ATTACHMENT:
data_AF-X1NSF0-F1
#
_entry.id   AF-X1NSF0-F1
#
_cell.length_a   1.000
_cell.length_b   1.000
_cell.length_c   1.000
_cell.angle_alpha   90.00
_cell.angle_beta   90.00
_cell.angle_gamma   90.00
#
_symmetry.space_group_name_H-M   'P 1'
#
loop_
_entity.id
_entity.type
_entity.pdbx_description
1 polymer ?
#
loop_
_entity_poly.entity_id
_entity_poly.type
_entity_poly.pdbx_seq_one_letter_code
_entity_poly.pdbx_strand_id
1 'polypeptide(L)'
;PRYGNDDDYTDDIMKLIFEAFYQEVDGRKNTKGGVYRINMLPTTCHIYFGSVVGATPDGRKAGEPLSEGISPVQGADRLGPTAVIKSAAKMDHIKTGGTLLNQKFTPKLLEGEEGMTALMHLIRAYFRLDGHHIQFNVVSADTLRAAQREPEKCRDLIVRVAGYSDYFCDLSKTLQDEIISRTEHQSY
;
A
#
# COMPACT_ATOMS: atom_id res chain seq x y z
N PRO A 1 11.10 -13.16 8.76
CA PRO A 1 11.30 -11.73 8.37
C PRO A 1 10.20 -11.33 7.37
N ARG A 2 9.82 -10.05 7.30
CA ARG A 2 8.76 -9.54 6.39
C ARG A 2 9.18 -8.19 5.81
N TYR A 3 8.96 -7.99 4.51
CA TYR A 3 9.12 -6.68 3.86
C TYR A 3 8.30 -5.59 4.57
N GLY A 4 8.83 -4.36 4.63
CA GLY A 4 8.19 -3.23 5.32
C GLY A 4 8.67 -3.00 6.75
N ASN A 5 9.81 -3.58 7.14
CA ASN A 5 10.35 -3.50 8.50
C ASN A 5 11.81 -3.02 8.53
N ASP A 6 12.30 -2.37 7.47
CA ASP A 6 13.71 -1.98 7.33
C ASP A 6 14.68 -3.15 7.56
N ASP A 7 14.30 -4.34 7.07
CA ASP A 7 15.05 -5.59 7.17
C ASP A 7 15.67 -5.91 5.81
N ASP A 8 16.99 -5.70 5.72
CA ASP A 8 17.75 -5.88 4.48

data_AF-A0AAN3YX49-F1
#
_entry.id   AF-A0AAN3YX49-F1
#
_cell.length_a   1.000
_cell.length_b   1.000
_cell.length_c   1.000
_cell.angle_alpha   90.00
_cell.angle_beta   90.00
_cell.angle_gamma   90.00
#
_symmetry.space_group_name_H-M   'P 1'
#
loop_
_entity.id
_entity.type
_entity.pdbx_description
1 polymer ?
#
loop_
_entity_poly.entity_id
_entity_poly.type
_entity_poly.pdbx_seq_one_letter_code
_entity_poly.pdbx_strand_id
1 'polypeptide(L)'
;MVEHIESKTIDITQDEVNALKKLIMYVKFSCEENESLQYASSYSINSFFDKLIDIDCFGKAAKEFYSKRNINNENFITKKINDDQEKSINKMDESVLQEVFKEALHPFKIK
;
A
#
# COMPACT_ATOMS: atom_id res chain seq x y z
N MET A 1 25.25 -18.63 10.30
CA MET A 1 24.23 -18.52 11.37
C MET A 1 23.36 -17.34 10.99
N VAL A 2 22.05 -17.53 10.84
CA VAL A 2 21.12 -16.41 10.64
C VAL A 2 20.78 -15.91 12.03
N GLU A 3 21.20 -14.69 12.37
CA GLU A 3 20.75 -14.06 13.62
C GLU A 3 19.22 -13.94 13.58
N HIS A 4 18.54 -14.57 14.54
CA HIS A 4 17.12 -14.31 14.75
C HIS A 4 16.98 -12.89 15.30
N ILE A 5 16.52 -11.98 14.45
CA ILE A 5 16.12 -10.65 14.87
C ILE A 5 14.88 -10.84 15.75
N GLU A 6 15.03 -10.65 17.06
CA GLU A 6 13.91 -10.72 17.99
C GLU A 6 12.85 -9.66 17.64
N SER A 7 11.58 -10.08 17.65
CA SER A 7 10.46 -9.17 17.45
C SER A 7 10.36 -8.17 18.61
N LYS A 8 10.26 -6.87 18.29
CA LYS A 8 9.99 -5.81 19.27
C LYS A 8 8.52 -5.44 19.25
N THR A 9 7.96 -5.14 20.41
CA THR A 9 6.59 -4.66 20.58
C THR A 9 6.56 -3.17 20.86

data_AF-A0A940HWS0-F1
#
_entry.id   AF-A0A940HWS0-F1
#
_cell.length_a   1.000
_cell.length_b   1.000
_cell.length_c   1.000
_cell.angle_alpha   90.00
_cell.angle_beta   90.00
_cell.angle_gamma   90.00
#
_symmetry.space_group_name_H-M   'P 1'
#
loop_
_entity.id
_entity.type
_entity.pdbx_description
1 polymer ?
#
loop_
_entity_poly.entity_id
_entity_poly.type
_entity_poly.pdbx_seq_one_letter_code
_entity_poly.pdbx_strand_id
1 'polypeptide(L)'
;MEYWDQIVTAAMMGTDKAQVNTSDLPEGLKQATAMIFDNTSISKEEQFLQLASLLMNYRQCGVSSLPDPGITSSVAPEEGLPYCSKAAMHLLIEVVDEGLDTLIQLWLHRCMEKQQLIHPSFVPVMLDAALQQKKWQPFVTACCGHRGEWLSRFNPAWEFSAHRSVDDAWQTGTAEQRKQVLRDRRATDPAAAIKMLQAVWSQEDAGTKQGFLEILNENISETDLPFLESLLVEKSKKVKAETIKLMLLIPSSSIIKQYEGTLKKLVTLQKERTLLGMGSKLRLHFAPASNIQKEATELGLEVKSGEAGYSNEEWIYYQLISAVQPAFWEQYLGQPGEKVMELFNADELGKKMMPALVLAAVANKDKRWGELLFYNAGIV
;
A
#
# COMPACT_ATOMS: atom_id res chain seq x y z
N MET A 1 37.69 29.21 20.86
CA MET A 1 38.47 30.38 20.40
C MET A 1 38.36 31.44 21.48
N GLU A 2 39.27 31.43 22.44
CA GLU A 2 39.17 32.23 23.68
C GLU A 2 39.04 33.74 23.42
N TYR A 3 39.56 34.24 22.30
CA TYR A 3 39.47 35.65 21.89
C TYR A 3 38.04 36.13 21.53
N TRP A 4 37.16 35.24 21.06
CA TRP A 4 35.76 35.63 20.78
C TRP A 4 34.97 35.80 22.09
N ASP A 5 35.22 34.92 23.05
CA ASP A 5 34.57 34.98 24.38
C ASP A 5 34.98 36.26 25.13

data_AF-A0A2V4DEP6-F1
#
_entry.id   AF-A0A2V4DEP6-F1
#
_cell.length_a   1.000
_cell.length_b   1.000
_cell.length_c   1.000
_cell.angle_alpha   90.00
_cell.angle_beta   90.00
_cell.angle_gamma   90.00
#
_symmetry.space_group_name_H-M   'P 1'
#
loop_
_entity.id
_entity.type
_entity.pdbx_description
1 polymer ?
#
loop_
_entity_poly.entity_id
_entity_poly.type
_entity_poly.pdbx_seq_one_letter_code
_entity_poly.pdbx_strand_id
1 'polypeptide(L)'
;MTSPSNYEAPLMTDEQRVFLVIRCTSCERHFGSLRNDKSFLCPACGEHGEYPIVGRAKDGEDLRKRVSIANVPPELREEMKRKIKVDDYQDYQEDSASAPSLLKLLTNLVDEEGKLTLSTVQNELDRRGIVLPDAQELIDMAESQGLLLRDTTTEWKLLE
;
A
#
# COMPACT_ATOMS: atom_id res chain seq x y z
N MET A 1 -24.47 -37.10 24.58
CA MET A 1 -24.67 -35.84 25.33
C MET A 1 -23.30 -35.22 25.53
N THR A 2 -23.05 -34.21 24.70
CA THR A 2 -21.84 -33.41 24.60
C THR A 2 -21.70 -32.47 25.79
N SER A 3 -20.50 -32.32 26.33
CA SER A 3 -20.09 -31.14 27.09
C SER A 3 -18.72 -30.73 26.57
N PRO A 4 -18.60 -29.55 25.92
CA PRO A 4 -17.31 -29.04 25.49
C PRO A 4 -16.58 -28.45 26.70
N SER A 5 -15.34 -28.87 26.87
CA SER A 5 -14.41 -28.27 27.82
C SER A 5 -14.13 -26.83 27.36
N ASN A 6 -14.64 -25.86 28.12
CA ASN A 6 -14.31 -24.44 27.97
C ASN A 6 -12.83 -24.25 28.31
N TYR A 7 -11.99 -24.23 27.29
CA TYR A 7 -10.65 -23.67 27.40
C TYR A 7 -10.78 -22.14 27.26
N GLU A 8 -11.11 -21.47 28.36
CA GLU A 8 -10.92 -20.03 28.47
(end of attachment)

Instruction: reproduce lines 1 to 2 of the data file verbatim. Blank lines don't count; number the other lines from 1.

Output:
data_AF-X1NSF0-F1
#